Sometimes I wonder if us grievers come to like the hole, as though it is a way of honouring the deceased. I don’t like that, nor do I want to do that. I hate that damn hole. More than anything I wish it never happened, but since it did I wish it would just go away. I would consider myself pretty proactive in processing my feelings and seeking recovery and help emotionally, self-analytical to a fault for sure. Unfortunately, all that stuff only takes you so far. I’ve talked before about all the things I do to help me heal. It’s not enough, or maybe it is… who the hell knows?! Time, that’s what I’m counting on and it’s the one thing I have zero control over. Probably why I’m this close to pulling my hair out. I have no control in this situation just like I had no control in keeping Ray alive. Maddening.

I don’t care to be philosophical today. I know that God’s got a bigger plan and all that. I just don’t care. I’m mad. I’m tired and I’m ready for this to be over. I want Ray to stay special and remembered forever without having an anvil take me out every time he’s called to memory. I want to think of him with joy rather than the ‘why did you leave me?” cry from my heart. I want to not feel guilty for living. It’s a feeling I don’t understand in this situation. I’m pretty logical and know that there’s no reason for me to feel that way, yet I do. It’s biological. Kind of like the time I miscarried. I had carried and birthed a child before. I wasn’t even through my first trimester this time. There wasn’t even a fetus growing. It was a blighted ovum. Essentially an empty sac.  Yet, when I woke up from my DNC I woke up in tears. We weren’t ready for a baby at the time.  I was too early in my pregnancy to feel any kind of bond, yet my body knew something was missing. It felt very strange but very similar to how I feel now. Logic tells me one thing: There was never a baby to mourn. There’s no reason to feel guilty about moving on. But I feel it anyway, in my body, my heart and my mind. Ray is gone, there’s no changing it and he’s exactly where I hope to be one day but it still hurts. My heart and body still sense something missing even if my brain can rationalize. DAMN you biology!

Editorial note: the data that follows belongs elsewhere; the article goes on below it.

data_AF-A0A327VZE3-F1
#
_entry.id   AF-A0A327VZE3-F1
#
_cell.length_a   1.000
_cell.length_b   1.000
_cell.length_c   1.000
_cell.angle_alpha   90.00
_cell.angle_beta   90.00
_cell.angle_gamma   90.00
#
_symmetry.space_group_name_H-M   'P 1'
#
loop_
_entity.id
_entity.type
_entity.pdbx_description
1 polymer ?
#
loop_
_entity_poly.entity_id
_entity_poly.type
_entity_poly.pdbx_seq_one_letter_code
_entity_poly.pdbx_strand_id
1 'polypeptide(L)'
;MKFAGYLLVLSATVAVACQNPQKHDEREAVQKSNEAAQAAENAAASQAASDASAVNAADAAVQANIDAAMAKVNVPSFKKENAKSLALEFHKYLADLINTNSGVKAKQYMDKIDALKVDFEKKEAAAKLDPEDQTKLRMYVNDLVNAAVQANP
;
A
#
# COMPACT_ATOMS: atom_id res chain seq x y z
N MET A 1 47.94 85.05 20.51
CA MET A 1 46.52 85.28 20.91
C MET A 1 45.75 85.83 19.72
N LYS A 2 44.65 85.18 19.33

Nevertheless grief is here. Stagnant grief, blurring my vision, plaguing my joy.

C.S. Lewis says, “What saves a man is to take a step. Then another step.”

img_3392I guess that’s where I’m at.

Here’s to the next steps. I guess we’ll see where they take me…..





Lesson #6: You Will Never Stop Missing Your Loved One

dsc_0672-2This lesson is altogether burdensome and relieving. One thing is for sure, at least so far for me, the longing never goes away. Even as I settle into my new life without Ray, as I find new love and new passions, the longing hangs from my heart. Sometimes it’s sad, sometimes it’s reminiscent, other times it just wants. Wants for a day time text from work, a laugh, something familiar. Just the sound or the smell. Something.